What is Website Accessibility and Why Does it Matter?

What is Website Accessibility and Why Does it Matter?

In today’s world, social media is not just a part of our everyday lives; it’s a vital tool for businesses aiming to thrive and expand. With billions of active users across various platforms, the potential for brand exposure and customer engagement is enormous. This blog post delves into how social media marketing can fuel business growth, offering strategic insights and actionable tips to utilize these platforms effectively.

What is Website Accessibility?

Website accessibility ensures that websites are designed and developed so all people, including those with disabilities, have equal access to information and functionality. This includes ensuring that digital content, website interfaces, and navigation are designed for auditory, cognitive, neurological, physical, speech, and visual disabilities. In short, accessibility means that the internet is for everyone.

For businesses, this practice not only enhances user experience but also caters to a broader audience, thus potentially increasing site traffic and engagement. Integrating accessibility reflects corporate social responsibility and can improve the company’s public image. If you care about people and their experiences, website visitors will notice your efforts and put their trust in your brand.

Website Accessibility as a Legal Obligation

Beyond being a good business practice and an ethical obligation, website accessibility is also a legal requirement under various national and international laws. In the United States, the Americans with Disabilities Act (ADA) mandates that all electronic and information technology, such as websites, must be accessible to people with disabilities.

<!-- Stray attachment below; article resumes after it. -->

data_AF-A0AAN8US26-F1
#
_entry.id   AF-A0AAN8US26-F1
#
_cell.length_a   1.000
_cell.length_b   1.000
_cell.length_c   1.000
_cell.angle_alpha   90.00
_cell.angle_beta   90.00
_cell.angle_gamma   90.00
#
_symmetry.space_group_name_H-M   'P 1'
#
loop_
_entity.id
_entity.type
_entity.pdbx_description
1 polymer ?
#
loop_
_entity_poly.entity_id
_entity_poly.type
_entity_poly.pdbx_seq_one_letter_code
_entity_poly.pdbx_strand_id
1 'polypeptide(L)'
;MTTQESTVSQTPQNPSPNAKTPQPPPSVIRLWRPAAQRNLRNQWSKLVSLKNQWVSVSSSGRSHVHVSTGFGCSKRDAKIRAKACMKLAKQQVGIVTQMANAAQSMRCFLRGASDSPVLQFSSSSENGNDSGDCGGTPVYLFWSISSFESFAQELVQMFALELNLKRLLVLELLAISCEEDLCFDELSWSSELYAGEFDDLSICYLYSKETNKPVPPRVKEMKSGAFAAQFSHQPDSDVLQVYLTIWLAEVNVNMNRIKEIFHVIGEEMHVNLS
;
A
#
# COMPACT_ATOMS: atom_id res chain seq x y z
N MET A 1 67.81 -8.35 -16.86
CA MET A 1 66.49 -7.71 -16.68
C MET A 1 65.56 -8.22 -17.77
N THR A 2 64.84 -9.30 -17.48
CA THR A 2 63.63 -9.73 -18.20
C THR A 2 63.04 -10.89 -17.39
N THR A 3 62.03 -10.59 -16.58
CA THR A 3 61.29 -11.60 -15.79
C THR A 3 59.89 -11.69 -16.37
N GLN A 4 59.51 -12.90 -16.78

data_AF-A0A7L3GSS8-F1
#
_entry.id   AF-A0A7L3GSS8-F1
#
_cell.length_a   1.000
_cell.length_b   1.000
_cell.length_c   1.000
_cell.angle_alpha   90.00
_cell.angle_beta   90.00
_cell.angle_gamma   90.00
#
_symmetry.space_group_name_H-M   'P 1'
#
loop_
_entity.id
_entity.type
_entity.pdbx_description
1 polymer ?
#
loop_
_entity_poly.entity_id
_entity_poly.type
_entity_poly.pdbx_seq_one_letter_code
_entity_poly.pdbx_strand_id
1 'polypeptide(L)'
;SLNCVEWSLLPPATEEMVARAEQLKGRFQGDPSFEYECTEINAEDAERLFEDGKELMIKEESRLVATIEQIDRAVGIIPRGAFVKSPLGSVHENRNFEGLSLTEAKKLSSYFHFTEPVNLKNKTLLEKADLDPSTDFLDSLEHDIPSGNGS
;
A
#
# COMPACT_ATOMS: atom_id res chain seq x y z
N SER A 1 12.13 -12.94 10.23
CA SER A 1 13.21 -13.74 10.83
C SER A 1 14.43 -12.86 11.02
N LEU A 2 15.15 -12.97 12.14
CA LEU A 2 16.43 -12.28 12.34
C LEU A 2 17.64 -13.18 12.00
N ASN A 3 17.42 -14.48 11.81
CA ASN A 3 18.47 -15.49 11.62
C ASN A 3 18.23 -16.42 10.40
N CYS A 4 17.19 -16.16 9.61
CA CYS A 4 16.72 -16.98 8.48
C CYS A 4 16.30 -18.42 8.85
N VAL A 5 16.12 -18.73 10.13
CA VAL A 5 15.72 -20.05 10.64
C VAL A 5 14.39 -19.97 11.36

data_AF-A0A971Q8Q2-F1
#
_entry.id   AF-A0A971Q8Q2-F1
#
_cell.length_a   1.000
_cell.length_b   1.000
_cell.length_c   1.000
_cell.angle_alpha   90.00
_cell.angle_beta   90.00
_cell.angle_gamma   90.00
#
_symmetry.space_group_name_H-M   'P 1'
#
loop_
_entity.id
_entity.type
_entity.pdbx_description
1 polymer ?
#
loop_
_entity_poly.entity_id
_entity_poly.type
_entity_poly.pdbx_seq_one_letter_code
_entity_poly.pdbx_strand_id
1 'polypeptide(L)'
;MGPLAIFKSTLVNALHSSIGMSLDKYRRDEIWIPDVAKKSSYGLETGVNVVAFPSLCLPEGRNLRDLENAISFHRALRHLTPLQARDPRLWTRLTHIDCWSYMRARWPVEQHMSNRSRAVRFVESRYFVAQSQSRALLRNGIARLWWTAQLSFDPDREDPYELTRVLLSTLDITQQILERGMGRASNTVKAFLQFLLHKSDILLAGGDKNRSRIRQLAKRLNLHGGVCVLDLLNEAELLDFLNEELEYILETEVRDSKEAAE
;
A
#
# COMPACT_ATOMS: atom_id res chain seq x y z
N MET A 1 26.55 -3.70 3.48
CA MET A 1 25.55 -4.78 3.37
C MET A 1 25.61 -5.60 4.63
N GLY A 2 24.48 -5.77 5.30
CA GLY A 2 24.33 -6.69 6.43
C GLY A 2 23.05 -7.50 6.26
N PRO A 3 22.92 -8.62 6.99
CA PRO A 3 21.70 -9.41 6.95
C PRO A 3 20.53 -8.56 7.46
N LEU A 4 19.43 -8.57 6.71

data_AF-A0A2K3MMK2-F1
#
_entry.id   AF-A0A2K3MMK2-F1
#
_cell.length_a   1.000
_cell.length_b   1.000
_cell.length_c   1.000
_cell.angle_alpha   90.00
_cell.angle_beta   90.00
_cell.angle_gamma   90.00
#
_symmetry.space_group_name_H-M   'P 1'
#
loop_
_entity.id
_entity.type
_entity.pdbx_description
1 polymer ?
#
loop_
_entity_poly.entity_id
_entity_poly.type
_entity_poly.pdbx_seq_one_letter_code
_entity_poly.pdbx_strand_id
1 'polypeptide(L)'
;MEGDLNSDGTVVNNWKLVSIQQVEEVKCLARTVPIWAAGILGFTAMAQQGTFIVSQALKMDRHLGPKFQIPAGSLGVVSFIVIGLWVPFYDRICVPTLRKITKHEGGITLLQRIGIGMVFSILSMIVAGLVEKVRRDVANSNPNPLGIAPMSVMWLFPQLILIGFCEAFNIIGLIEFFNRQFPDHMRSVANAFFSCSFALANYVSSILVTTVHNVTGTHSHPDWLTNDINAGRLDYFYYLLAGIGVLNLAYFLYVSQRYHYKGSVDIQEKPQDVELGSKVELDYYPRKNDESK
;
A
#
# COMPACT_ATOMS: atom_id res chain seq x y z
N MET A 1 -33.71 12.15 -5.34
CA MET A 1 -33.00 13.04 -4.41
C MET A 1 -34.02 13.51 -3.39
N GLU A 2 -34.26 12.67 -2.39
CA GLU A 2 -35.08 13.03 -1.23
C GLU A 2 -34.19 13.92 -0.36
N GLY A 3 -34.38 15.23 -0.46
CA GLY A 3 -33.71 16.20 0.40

A notable case is the 2017 lawsuit against the supermarket giant, Winn-Dixie. The court found that Winn-Dixie’s website was not accessible to individuals with visual impairments and thus violated the ADA. The court issued an injunction requiring Winn-Dixie to make its website accessible and to pay the plaintiff’s attorney’s fees. This landmark ruling set a precedent that websites must be accessible, and demonstrated that making a website accessible is part of a business’s obligation to provide equal access to all customers, regardless of disability.

W3C and the Web Content Accessibility Guidelines

So, who’s responsible for deciding what’s “accessible?” That would be the W3C. The World Wide Web Consortium (W3C) is an international community that develops open standards to ensure the long-term growth of the Web. This organization has worked relentlessly over the years to ensure that the internet is an accommodating place for all people, and they have established a comprehensive set of standards to bring their vision to life.

The W3C’s Web Content Accessibility Guidelines (WCAG) are part of these standards and provide a framework for making web content more accessible to people with disabilities. WCAG is recognized globally and serves as a benchmark for web accessibility, with guidelines that are regularly updated to meet new technological challenges and user needs.

WCAG Standards: Perceivable, Operable, Understandable, & Robust

Though the WCAG in its entirety is a daunting read, the kind folks at W3C structured them in a way that’s easy to remember: POUR. This acronym represents the four pillars to build a website upon in order to ensure that its content is accessible for all people.